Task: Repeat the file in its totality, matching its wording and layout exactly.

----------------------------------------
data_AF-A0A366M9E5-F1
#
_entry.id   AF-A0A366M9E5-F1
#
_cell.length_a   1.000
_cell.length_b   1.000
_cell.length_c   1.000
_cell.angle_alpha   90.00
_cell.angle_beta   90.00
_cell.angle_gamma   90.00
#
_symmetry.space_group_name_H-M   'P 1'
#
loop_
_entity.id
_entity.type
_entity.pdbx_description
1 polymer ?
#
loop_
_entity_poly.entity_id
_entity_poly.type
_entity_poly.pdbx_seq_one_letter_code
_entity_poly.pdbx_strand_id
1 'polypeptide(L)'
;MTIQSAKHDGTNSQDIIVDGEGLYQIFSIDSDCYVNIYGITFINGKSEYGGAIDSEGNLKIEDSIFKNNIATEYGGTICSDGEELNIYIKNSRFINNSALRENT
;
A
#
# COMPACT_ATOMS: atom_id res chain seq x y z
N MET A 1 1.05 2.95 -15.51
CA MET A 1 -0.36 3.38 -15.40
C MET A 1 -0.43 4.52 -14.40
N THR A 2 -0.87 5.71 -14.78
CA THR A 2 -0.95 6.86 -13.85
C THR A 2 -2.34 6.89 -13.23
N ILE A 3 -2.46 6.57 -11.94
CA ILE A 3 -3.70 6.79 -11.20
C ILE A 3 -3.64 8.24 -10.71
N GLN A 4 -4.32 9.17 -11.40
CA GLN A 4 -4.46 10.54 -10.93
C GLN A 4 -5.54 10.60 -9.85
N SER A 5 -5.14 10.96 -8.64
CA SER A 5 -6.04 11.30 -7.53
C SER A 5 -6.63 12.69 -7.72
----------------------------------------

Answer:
data_AF-A0A366M9E5-F1
#
_entry.id   AF-A0A366M9E5-F1
#
_cell.length_a   1.000
_cell.length_b   1.000
_cell.length_c   1.000
_cell.angle_alpha   90.00
_cell.angle_beta   90.00
_cell.angle_gamma   90.00
#
_symmetry.space_group_name_H-M   'P 1'
#
loop_
_entity.id
_entity.type
_entity.pdbx_description
1 polymer ?
#
loop_
_entity_poly.entity_id
_entity_poly.type
_entity_poly.pdbx_seq_one_letter_code
_entity_poly.pdbx_strand_id
1 'polypeptide(L)'
;MTIQSAKHDGTNSQDIIVDGEGLYQIFSIDSDCYVNIYGITFINGKSEYGGAIDSEGNLKIEDSIFKNNIATEYGGTICSDGEELNIYIKNSRFINNSALRENT
;
A
#
# COMPACT_ATOMS: atom_id res chain seq x y z
N MET A 1 1.05 2.95 -15.51
CA MET A 1 -0.36 3.38 -15.40
C MET A 1 -0.43 4.52 -14.40
N THR A 2 -0.87 5.71 -14.78
CA THR A 2 -0.95 6.86 -13.85
C THR A 2 -2.34 6.89 -13.23
N ILE A 3 -2.46 6.57 -11.94
CA ILE A 3 -3.70 6.79 -11.20
C ILE A 3 -3.64 8.24 -10.71
N GLN A 4 -4.32 9.17 -11.40
CA GLN A 4 -4.46 10.54 -10.93
C GLN A 4 -5.54 10.60 -9.85
N SER A 5 -5.14 10.96 -8.64
CA SER A 5 -6.04 11.30 -7.53
C SER A 5 -6.63 12.69 -7.72